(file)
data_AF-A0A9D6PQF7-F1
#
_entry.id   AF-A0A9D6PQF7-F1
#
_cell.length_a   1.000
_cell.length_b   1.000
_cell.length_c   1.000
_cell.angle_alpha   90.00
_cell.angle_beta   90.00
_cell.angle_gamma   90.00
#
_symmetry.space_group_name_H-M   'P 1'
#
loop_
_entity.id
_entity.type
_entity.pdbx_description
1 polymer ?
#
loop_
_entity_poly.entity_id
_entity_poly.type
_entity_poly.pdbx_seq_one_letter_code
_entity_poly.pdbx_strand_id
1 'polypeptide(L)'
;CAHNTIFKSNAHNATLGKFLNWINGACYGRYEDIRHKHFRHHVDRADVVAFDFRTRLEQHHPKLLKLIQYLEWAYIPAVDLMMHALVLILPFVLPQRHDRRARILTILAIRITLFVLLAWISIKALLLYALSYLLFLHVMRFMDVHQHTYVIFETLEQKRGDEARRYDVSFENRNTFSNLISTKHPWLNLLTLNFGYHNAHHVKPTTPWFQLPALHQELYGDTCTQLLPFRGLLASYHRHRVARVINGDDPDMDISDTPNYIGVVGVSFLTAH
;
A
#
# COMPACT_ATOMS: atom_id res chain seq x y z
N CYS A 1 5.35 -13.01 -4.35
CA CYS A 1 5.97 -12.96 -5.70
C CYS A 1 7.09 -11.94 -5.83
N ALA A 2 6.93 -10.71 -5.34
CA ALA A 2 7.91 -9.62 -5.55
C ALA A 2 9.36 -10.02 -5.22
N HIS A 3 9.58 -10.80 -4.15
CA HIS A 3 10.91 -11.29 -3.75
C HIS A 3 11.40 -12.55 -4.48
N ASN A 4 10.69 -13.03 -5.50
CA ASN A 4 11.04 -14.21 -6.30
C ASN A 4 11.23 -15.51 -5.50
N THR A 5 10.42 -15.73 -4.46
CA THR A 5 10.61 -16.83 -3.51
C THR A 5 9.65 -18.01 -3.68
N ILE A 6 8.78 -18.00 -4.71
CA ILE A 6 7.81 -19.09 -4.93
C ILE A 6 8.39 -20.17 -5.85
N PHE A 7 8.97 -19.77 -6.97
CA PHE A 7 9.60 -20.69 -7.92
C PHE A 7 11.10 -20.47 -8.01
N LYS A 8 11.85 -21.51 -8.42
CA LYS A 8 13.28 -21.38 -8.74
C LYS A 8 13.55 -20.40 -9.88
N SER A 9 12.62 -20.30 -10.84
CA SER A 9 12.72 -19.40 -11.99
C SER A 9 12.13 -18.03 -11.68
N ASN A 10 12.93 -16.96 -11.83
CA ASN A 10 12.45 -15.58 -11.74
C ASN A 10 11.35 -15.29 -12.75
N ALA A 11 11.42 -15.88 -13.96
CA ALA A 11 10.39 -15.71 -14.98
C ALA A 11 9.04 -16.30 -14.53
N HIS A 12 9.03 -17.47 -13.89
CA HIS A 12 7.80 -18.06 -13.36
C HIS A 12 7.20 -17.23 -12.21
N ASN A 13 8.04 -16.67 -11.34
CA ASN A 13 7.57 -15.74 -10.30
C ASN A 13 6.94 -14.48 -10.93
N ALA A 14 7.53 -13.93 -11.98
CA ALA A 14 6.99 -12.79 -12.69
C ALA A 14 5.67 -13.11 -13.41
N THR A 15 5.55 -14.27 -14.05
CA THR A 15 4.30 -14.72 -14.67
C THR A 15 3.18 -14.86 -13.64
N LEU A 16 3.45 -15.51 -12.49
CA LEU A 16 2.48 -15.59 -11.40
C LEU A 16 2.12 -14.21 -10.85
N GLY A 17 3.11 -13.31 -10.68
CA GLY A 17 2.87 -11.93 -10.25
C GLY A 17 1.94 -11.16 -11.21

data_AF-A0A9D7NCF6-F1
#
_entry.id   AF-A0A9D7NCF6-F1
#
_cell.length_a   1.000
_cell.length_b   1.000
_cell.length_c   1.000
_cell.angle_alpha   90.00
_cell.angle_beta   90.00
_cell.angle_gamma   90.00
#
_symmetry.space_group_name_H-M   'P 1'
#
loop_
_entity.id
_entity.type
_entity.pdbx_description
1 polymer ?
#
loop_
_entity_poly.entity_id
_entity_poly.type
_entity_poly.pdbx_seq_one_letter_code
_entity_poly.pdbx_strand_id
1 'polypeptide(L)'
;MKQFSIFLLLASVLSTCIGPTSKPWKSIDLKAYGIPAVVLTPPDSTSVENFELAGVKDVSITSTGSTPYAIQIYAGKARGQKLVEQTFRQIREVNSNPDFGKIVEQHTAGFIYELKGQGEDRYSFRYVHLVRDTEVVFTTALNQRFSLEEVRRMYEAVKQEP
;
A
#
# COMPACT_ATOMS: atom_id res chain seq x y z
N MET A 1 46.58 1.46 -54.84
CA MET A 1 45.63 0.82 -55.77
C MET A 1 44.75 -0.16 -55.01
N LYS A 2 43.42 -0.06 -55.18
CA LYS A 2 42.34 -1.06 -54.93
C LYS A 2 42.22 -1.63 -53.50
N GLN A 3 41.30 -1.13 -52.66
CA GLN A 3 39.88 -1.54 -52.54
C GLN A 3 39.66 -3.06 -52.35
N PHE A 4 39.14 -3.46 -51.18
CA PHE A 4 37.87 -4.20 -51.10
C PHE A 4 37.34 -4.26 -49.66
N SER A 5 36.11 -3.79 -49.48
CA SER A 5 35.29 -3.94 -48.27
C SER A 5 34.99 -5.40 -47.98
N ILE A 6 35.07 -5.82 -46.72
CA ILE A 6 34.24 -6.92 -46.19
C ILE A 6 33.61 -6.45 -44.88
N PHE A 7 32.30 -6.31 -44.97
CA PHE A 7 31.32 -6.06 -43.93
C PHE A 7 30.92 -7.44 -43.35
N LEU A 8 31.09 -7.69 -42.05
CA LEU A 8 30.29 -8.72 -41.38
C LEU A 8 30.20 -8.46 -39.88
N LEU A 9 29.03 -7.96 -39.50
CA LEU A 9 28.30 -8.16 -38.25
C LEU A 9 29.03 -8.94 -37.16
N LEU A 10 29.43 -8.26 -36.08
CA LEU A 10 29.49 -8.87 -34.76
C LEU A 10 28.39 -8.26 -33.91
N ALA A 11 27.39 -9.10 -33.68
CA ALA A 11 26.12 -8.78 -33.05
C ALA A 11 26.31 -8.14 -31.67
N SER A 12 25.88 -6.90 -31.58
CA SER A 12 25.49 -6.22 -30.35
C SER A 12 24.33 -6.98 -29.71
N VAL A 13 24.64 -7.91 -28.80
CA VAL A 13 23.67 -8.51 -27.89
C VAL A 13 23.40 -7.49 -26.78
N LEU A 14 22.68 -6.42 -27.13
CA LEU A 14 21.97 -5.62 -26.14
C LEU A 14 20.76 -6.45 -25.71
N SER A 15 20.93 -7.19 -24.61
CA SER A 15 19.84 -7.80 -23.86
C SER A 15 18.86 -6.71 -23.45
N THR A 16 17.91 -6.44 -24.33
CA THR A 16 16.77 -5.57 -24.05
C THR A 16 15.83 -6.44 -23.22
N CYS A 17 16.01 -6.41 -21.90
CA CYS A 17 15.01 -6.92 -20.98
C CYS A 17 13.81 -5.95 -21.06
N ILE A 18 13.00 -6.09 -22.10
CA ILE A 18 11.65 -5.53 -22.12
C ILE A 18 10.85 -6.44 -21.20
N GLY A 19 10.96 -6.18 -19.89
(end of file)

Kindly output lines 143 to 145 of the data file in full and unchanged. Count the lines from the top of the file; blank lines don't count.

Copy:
CA ALA A 11 26.12 -8.78 -33.05
C ALA A 11 26.31 -8.14 -31.67
N SER A 12 25.88 -6.90 -31.58